By Alexander Bolton - 03/06/14 06:00 AM EST
President Obama is coming under increasing pressure to slow deportations of illegal immigrants, while Congress remains stymied on immigration reform legislation.
Pressure is now coming from the Senate, where three senior members of the Democratic caucus say Obama should halt deportations of illegal immigrants who are immediately related to citizens or permanent legal residents.
On Wednesday, Sens. Dick Durbin (Ill.), the second-ranking member of the Senate Democratic leadership, and Tom Harkin (D-Iowa) backed Menendez.
“While we continue waiting for the House of Representatives to wake up and move on immigration reform legislation, I urge the president to take action today and halt needless deportations that are splitting apart our families and communities,” Menendez said at the National Council of La Raza’s 2014 Capital Awards dinner.
Menendez is an influential voice on immigration reform within the Senate Democratic caucus, and he co-authored the comprehensive reform bill Senate Democrats voted for unanimously last year.
When asked if he backs Menendez, Durbin said, “I do.”
Durbin, another co-author of the Senate bill, said the plight of illegal immigrants facing deportation is “heartbreaking.”
“Having sat there at those detention facilities and seen the crying mothers and babies of these people who are good, hardworking individuals deported strictly because of an immigration violation — no criminal violation — it is heartbreaking,” he said. “I want to see it come to an end.”
Durbin added the best solution to the problem would be if Speaker John Boehner (R-Ohio) scheduled a vote on the Senate bill.
When told that Menendez’s proposal to halt deportations would be limited to illegal immigrants who are the immediate family of citizens and permanent residents, Harkin said, “I agree with him, then.”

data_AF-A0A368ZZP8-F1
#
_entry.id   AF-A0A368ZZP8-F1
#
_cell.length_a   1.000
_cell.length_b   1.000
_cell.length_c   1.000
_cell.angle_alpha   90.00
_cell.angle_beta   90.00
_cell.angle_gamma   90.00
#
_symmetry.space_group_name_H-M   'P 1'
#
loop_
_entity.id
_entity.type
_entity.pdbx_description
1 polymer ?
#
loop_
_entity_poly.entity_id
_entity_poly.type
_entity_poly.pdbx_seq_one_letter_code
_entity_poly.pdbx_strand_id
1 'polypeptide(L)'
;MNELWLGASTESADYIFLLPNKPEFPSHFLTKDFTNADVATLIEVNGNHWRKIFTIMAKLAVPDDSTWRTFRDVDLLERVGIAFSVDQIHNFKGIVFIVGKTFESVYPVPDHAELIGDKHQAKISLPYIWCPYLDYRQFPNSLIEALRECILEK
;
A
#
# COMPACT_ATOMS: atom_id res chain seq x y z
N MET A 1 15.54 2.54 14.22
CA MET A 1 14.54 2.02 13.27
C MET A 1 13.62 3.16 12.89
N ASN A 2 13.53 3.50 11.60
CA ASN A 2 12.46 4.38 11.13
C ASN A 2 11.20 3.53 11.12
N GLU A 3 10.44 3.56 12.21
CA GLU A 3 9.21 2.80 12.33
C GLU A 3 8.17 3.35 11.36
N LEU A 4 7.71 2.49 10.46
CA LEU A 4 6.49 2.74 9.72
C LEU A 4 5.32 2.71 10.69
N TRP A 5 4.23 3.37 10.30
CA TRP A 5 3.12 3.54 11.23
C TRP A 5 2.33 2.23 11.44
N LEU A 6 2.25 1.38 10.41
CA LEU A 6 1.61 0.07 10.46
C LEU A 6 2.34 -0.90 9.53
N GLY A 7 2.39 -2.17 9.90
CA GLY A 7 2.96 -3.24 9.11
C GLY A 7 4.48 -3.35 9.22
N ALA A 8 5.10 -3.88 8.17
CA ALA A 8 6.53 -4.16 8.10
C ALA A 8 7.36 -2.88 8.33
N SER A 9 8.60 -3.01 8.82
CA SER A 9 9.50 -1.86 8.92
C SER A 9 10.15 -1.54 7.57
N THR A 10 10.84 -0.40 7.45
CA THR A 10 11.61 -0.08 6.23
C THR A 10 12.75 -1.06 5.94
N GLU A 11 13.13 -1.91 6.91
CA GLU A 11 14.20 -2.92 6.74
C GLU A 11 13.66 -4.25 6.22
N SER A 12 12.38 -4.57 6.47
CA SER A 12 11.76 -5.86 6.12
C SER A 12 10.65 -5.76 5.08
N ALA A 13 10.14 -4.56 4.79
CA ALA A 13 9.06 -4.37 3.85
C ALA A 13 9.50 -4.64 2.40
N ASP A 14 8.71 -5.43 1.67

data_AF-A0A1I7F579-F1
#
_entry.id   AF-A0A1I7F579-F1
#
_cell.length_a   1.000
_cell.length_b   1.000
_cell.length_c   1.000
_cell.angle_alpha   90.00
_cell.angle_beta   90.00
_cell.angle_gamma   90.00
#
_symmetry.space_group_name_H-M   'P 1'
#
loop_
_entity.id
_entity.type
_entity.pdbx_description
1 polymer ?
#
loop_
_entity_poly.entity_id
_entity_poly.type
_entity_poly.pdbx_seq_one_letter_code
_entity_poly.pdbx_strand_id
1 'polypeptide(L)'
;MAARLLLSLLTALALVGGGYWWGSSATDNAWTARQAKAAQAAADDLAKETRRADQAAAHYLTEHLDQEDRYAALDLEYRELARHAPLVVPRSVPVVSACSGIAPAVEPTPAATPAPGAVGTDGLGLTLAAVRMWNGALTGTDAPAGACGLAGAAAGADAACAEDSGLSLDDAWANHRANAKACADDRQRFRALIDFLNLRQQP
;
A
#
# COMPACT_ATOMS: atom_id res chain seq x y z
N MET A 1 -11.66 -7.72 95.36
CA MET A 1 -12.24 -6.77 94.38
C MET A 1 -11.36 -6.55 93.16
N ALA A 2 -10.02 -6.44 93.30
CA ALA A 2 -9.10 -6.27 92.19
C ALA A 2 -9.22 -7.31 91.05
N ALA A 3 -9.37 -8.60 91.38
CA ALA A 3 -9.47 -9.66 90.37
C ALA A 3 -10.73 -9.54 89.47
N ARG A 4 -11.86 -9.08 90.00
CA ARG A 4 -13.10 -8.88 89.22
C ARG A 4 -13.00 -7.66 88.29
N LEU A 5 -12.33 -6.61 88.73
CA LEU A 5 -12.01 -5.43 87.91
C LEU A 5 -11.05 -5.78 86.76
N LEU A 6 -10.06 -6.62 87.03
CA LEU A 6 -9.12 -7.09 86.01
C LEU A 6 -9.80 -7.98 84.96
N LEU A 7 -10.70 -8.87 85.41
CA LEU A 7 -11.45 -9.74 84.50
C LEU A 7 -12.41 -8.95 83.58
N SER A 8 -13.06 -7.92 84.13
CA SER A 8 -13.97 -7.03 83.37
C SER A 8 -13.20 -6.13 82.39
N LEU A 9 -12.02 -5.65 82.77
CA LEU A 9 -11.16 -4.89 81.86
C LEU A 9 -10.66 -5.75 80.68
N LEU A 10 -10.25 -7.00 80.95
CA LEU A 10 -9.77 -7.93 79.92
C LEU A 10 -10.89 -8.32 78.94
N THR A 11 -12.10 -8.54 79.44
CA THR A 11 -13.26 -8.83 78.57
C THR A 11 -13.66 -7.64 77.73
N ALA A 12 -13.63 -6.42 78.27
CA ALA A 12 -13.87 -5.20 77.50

Menendez has also proposed exempting the immediate family of illegal immigrants who came to the nation as children. Those people, known as “Dreamers” have been allowed to stay in the country by the Obama administration.
Hispanic advocacy groups and other activists have voiced frustration over the pace of deportations under Obama, who relied on Hispanic voters to win reelection in 2012. Rep. Luiz Gutiérrez (D-Ill.) has led the charge in the House.
Janet Murguía, the president of the National Council of La Raza, on Tuesday called Obama the “deporter in chief.”
In November, Obama was heckled by Ju Hong, an activist who yelled at him, “use your executive power to halt deportations,” while they were both standing on a stage at an immigration reform rally in San Francisco.
Obama argued at the time that his executive powers on deportations are limited.
“If, in fact, I could solve all these problems without passing laws in Congress, then I would do so,” Obama said. “But we’re also a nation of laws. That’s part of our tradition. And so, the easy way out is to try to yell and pretend like I can do something by violating our laws.”
Senate Majority Leader Harry Reid (D-Nev.) said last month that Obama should review his deportation powers.
“I would hope that administratively, the president will do what he can to take a look at deportations, but he is being burdened by the law as it exists, and we need to change it,” he told the Las Vegas Review-Journal.
Reid, however, gave the president political cover on Tuesday, shortly after seven Senate Democrats voted against Debo Adegbile, Obama’s nominee to head the Civil Rights Division at the Justice Department, an embarrassing setback.
“I, of course, believe in family unification, and certainly, I don’t believe in family disunification. One way to put this to bed once and for all is to have the Republicans do what they should do for the American people and move forward on immigration law,” he said.
“The president’s done a lot administratively. He’ll do everything that he can, but he can only do what he can do within the confines of the law,” he added.
The president has told pro-immigrant advocates that his administration has focused its enforcement activity on illegal immigrants who have committed crimes.
Republicans who were allied with Menendez during last year’s immigration reform debate rejected his call for Obama to take executive action.
“The law needs to be enforced,” said Sen. Marco Rubio (R-Fla.), a co-author of the Senate immigration bill. “If you talk to some of the folks involved in enforcing the law, they will actually argue that, in some instances, their ability to enforce the law has been impeded by this administration.”